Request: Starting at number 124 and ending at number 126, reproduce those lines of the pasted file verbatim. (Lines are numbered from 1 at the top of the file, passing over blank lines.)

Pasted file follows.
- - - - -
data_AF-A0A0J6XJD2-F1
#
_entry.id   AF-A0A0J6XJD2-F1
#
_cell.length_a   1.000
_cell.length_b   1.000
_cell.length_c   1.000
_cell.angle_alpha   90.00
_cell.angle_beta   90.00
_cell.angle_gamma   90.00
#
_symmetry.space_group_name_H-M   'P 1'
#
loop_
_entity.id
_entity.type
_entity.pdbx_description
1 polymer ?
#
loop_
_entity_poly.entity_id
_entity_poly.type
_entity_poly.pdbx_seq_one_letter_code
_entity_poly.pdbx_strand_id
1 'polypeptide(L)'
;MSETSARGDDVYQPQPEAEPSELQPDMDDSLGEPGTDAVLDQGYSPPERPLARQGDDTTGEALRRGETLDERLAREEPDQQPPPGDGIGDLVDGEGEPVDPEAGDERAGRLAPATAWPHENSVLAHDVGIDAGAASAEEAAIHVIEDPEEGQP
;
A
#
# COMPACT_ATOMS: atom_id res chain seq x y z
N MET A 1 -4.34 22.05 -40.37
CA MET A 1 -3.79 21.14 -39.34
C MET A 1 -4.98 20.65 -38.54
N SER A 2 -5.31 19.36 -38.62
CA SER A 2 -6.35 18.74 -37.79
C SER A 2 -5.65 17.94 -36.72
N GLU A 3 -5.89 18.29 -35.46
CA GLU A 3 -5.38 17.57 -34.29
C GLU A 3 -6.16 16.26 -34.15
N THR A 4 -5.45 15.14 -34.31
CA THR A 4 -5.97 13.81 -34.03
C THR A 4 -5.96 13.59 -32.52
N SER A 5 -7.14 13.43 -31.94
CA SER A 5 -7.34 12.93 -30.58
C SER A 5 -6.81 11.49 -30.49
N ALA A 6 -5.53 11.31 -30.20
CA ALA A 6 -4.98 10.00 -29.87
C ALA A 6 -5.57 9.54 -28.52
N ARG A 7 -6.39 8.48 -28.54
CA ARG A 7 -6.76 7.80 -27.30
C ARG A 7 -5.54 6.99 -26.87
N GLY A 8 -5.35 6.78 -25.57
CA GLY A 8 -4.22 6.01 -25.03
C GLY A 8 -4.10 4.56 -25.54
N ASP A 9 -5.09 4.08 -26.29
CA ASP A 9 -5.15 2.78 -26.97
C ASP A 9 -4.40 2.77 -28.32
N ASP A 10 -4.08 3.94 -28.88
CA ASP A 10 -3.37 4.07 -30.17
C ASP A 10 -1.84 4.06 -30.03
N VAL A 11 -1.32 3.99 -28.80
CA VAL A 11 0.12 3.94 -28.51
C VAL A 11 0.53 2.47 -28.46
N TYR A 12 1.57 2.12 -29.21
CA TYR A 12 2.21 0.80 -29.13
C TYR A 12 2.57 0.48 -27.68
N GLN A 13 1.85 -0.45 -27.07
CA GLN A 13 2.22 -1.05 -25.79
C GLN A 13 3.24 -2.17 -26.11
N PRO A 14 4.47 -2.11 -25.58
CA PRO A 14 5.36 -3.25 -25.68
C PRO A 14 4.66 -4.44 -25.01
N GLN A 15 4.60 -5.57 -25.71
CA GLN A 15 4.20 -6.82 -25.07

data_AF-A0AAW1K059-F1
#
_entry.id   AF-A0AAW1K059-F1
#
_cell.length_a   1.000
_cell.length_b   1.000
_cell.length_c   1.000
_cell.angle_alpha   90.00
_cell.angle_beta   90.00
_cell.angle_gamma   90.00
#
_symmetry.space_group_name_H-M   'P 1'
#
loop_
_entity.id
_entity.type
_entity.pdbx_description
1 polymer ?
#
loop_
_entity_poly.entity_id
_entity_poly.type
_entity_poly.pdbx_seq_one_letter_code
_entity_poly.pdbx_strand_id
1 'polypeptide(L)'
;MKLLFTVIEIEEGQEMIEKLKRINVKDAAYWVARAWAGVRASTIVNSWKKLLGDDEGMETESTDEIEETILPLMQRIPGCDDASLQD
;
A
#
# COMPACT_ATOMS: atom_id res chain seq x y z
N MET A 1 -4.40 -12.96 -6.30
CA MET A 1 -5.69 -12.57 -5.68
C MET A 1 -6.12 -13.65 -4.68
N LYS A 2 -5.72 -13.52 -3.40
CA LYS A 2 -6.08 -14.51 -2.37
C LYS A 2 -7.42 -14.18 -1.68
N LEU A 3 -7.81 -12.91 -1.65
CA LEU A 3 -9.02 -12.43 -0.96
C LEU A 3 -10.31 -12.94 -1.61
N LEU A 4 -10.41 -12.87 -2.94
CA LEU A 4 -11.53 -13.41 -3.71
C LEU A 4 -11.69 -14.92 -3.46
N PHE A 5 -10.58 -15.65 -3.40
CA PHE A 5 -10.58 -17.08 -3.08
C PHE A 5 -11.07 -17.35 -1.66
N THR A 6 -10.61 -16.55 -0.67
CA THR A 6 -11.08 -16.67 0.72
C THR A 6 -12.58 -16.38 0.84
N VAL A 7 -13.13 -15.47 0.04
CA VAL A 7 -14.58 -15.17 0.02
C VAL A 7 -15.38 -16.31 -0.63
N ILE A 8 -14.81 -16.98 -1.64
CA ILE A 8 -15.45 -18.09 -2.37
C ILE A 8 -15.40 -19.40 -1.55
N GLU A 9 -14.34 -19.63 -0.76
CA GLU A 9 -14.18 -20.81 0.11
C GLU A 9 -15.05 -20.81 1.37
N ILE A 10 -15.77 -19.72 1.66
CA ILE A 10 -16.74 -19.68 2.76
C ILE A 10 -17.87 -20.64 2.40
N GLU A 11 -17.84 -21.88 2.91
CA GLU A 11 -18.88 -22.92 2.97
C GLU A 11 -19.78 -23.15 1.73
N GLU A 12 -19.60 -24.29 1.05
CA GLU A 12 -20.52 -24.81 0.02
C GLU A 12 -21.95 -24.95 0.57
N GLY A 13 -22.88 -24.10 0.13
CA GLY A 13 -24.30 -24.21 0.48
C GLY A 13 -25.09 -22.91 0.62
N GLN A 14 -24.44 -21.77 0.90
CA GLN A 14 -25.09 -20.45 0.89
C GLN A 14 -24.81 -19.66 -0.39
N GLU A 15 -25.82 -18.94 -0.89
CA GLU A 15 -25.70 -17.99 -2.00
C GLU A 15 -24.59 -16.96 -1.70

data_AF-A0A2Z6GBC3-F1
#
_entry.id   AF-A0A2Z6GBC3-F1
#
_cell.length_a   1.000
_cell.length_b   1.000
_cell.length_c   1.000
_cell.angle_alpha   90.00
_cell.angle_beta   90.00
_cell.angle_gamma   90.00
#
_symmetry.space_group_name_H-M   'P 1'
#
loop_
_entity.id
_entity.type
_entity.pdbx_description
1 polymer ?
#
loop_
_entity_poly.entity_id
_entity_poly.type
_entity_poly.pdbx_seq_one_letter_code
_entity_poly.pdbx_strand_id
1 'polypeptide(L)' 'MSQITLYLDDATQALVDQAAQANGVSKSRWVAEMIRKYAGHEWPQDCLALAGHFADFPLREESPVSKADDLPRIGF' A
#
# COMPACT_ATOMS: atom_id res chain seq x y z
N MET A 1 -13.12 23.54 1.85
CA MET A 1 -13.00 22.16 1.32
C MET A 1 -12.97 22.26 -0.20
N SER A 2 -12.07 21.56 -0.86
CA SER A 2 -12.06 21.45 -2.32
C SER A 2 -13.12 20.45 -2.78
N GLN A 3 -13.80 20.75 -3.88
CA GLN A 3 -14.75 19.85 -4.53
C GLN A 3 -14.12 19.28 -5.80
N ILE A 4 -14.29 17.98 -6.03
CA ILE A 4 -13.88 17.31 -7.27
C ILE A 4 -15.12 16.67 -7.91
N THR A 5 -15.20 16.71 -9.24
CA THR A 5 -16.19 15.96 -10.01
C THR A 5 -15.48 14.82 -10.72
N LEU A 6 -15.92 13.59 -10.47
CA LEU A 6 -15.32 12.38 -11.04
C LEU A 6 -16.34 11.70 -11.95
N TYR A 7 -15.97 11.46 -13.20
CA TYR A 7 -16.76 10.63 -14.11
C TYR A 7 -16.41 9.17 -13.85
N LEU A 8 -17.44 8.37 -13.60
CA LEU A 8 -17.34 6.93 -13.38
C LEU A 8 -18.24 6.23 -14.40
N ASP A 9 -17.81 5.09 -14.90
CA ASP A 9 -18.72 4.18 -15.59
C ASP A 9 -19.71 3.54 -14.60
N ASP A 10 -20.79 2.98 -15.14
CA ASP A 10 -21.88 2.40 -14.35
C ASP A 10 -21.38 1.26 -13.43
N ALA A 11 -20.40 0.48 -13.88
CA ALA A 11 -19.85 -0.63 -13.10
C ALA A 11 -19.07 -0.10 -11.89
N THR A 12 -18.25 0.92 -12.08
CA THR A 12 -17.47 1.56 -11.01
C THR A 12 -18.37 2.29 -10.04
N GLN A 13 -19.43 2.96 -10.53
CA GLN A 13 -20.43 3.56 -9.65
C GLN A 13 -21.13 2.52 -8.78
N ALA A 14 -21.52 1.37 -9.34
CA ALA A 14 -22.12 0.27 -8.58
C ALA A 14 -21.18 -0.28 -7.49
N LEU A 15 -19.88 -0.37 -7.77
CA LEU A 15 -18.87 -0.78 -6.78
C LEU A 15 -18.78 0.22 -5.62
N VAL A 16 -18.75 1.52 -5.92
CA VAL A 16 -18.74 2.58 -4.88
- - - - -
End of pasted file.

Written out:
CA VAL A 7 -14.58 -15.17 0.02
C VAL A 7 -15.38 -16.31 -0.63
N ILE A 8 -14.81 -16.98 -1.64